Teach Them… While Eating Bagels
In Deuteronomy 6:7, Israel gathered to hear the word of the LORD spoken by Moses: “these words that I command you today shall be on your heart. You shall teach them diligently to your children, and shall talk of them when you sit in your house, and when you walk by the way, and when you lie down, and when you rise. “
The responsibility to teach Israel’s children was given to all of Israel, not just to parents. As King David put it several decades later, “One generation shall commend [God’s] works to another and shall declare [His] mighty acts” (Ps. 145:4). Today, we are the people of God, in Christ, who have been entrusted with the privilege and responsibility to invest in the faith of the generations.
Deuteronomy 6 gives us direction for how to fulfill this calling and responsibility:
1. Our spiritual influence on the next generation begins in our own hearts
Notice the sequence in Deuteronomy 6. First, “love the LORD your God with all your heart and with all your soul and with all your might.” Second, God’s Word “shall be on your heart.” Then, “You shall teach them diligently to your children.” In other words, the spiritual influence we have will come from the overflow of our own heart for God and the meditation and application of his Word to our lives.
2. In order to influence the next generation, we need to be personally connected to them
For many, this connection will be with the children or grandchildren in our own families or within our network of friends and relatives. However, even those who don’t have children within their personal network can influence the next generation. All of us who consider College Park—or another body of believers—home, have children and students growing up around us who can benefit from our prayers and spiritual influence.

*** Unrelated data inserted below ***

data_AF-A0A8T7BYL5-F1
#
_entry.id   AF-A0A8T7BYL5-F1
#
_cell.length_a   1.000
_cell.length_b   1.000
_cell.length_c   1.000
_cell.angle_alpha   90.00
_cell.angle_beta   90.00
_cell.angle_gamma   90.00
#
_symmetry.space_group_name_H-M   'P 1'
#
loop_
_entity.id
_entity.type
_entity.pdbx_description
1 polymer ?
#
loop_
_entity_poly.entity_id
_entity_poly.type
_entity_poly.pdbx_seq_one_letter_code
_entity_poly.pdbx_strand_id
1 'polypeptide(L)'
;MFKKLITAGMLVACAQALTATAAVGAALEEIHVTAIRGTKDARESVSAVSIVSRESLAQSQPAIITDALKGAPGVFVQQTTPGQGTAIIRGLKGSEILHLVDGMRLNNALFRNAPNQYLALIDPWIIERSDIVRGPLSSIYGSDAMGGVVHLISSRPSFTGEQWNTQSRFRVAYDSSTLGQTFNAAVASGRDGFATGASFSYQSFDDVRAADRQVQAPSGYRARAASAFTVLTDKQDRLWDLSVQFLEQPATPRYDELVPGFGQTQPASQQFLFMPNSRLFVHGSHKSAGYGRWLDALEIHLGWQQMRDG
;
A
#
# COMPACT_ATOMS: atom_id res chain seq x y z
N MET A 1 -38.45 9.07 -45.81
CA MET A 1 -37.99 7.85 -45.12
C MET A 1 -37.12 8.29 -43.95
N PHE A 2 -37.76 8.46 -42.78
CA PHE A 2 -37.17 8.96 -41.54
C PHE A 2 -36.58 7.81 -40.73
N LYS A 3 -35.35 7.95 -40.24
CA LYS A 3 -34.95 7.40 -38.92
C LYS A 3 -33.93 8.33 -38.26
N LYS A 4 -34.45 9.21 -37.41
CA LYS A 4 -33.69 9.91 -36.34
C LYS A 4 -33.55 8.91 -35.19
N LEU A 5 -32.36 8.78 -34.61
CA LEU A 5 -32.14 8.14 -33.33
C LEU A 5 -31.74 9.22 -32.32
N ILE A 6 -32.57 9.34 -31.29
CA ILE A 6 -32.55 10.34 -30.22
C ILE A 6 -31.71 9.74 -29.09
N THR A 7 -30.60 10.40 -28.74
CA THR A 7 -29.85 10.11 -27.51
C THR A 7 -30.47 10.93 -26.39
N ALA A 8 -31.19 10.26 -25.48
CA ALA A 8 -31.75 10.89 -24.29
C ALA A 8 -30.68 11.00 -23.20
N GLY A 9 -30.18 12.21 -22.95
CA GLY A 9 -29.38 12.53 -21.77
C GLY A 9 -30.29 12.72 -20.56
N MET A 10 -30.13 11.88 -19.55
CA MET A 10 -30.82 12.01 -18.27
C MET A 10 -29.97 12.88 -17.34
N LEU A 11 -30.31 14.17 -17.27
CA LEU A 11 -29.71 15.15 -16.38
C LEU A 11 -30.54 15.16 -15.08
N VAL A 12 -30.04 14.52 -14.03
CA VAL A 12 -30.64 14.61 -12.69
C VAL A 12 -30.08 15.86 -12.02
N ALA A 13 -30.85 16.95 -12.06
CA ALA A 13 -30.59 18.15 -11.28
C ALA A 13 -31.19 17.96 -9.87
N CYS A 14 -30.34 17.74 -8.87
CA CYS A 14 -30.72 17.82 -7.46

3. We must take advantage of the opportunities we have during normal, daily activities to instruct children
For this to work, we obviously need to have children with us while engaged in those activities. Even if children are around us all day long, it is good to plan one-on-one time with a child. My youngest adult daughter recently arranged a date with her niece (my granddaughter) which gave them a fun activity to do together and plenty of time for “Auntie Kristi” to influence and encourage an 11-year-old’s faith. Bruegger’s Bagels in Minneapolis was a favorite “daddy-daughter date” location for us when my girls were growing up. It provided a quiet place to enjoy a cinnamon crunch bagel with honey-almond cream cheese and have a heartfelt conversation about life, faith, and eternity. Now, my daughters are in their thirties and live 1,105 miles away. Yet we still enjoy intentional one-on-one time when we are together.
4. Conversations with children will be more fruitful if we pre-plan the questions and topics for discussion
One helpful resource I’ve found is a book by Chap Bettis entitled, Donut Date Journal. This helpful tool suggests “70 questions to connect you to a child’s heart” and gives ample space to record the child’s responses. Chap’s idea is to repeat the questions every few years as the child matures to see how their responses develop. I encourage you to utilize this book, as well as Donut Date Journal 2—Family History Edition.
May God give our children the gift of many influencers in their lives so that they and the generations to come will “set their hope in God” (Psalm 78:7).
Donut Date Journal and Donut Date Journal 2 are now available at the College Park Next Generations Resource Table for a limited time.